The Orionids Meteor Shower peaks tonight, Oct. 20, and is also expected to have a strong showing on Oct. 21.
The best time to view the meteors that are part of the Orionids shower is between midnight and dawn, according to NASA.
The peak meteor count is about 20 meteors per hour, in moonless skies.
“The Orionids, which peak during mid-October each year, are considered to be one of the most beautiful showers of the year,” NASA says. “Orionid meteors are known for their brightness and for their speed. These meteors are fast — they travel at about 148,000 mph (66 km/s) into the Earth’s atmosphere. Fast meteors can leave glowing ‘trains’ (incandescent bits of debris in the wake of the meteor) that last for several seconds to minutes. Fast meteors can also sometimes become fireballs: Look for prolonged explosions of light when viewing the Orionid meteor shower.”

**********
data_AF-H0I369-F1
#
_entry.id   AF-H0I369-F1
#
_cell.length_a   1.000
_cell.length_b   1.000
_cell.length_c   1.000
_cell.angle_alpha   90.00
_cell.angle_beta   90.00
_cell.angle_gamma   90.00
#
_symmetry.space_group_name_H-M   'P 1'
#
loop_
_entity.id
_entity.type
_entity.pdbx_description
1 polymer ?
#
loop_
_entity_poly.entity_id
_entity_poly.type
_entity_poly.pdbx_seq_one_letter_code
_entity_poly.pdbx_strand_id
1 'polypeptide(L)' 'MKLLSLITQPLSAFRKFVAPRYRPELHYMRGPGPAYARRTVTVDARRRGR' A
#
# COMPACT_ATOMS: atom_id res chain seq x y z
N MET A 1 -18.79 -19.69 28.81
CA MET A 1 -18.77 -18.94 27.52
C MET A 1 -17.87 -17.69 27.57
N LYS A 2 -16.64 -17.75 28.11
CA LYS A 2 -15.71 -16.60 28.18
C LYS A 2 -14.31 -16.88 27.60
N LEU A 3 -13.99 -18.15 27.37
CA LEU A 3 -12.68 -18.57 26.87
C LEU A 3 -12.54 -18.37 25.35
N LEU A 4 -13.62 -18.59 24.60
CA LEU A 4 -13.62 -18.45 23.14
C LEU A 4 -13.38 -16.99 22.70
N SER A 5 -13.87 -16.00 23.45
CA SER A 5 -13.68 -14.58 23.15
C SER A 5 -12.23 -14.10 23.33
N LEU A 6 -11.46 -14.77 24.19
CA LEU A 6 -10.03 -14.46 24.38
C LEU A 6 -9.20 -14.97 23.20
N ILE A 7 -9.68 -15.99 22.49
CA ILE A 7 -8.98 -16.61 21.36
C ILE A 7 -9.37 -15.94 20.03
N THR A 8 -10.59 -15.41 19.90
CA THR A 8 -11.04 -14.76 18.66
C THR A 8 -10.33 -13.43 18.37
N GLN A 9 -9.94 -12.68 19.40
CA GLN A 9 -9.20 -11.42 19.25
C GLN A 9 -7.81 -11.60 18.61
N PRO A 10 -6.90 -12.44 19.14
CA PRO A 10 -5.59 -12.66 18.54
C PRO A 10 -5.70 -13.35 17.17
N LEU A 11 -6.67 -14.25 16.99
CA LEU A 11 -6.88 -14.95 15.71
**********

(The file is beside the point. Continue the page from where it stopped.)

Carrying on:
People in both the southern and northern hemispheres can catch this shower. Simply find an area away from city and street lights, and bring a sleeping bag, blanket, or lawn chair.
Lie flat on your back with with your feet facing southeast if you are in the Northern Hemisphere, or northeast if you are in the Southern Hemisphere, and look up, taking in as much of the sky as possible. Tour eyes will adapt to the dark in less than 30 seconds and you will begin to see meteors.
The meteor shower is supposed to last until dawn.